Last revised: 26-1-2009

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DKW 1000Sp Coupé: 1958 - 1965

1960_DKW_1000_Sp_coupe_sideDKW cars in the 1950s were all based on characteristic 2-stroke engines which were gradually becoming obsolete and an aerodynamic body shell developed just before the War. Marketing these cars became more and more difficult and DKW desperately needed an image boost.
And so director William Werner, of US American origins, ordered his stylists one day in 1956 to design "a sportscar that has to look like a bomb". The stylists decided to check out what was on the market and ultimately came up with the 1000Sp; a German interpretation of the 1957 Ford Thunderbird with a non-removable coupe top not unlike that of the one-off 1956 Ford Thunderbird "Five-Window Hardtop" prototype.

1960_DKW_1000_Sp_coupe_r3qThe Auto Union 1000Sp was unveiled at the 1957 Frankfurt Motor Show and was met with admiration and praise by public and press. The car was designed by chief stylist Josef Dienst. Its model name stood for the (nearly) 1000 cc engine and the "Special" bodywork. Underneath its fancy shell operated familiar DKW technology taken from the regular Auto Union 1000 model.

1964_DKW_1000_Sp_coupe_f3qThe first series of 1000Sp models was produced from 1958 to 1961 and was distinctive by the pointy tailfins like you see on the picture above. The second series, which ran from 1961 till 1965, had rounded-off tailfins like on the blue car shown here.
The bodywork of all 1000Sp models was produced by Baur in Stuttgart. The cars were assembled in the DKW factory in Ingolstadt.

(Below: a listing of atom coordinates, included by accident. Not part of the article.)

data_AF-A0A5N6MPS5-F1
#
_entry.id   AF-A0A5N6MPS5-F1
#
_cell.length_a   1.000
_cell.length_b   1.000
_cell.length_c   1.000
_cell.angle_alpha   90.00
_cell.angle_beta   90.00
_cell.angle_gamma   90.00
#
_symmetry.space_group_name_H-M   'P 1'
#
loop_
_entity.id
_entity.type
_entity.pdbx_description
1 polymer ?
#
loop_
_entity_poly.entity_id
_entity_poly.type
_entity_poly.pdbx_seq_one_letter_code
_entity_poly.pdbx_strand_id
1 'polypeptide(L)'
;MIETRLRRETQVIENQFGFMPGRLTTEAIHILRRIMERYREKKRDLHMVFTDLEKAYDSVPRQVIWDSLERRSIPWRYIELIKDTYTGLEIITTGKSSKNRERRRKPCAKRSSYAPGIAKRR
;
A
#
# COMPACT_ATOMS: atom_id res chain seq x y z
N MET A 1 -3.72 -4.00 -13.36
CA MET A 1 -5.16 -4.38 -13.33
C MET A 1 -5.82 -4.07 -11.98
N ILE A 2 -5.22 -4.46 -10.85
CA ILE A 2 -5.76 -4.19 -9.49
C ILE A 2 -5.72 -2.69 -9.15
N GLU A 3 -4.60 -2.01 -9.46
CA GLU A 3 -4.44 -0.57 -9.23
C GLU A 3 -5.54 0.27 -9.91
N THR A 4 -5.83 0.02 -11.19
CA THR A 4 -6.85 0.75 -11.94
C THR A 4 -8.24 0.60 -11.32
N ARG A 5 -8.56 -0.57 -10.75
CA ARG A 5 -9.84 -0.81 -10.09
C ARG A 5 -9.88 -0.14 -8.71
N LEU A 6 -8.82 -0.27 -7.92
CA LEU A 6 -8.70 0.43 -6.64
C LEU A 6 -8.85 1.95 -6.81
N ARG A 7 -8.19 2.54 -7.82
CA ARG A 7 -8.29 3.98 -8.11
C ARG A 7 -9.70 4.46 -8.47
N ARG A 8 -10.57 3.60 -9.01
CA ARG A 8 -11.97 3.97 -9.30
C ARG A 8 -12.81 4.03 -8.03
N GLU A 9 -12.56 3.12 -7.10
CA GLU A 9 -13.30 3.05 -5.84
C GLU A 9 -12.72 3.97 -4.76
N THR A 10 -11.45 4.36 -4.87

1964_DKW_1000_Sp_coupe_r3qThe 1000Sp was a relatively small car, it measured 418 x 169 x 132 cm (length x width x height). Because of that its weight was limited to only 980 kg. This way its 981 cc 3-cylinder 2-stroke engine of 55 hp @ 4500 rpm, which drove the front wheels, managed to pull it from 0 to 100 kph in 23 seconds and to a maximum speed of 140 kph. By no means a blistering pace but quite sufficient for that time.

The 1000Sp looked enticing and had an acceptable performance, but it didn't sell very well. From 1958 till its end 1965 only 5000 of these cars left the factory. For an important part this had to do with its price, which was about 50% more than its regular bodied but similarly powered model 1000 brother, and even twice as much as a contemporary Volkswagen Beetle for instance. Even a Volkswagen Karmann-Ghia coupe, its most direct but much slower competitor, was considerably cheaper. So though enough people lusted after the car, most of them simply couldn't afford it. And those who could opted for a more modern 4-stroke engined car, of which were plenty available in this price range.

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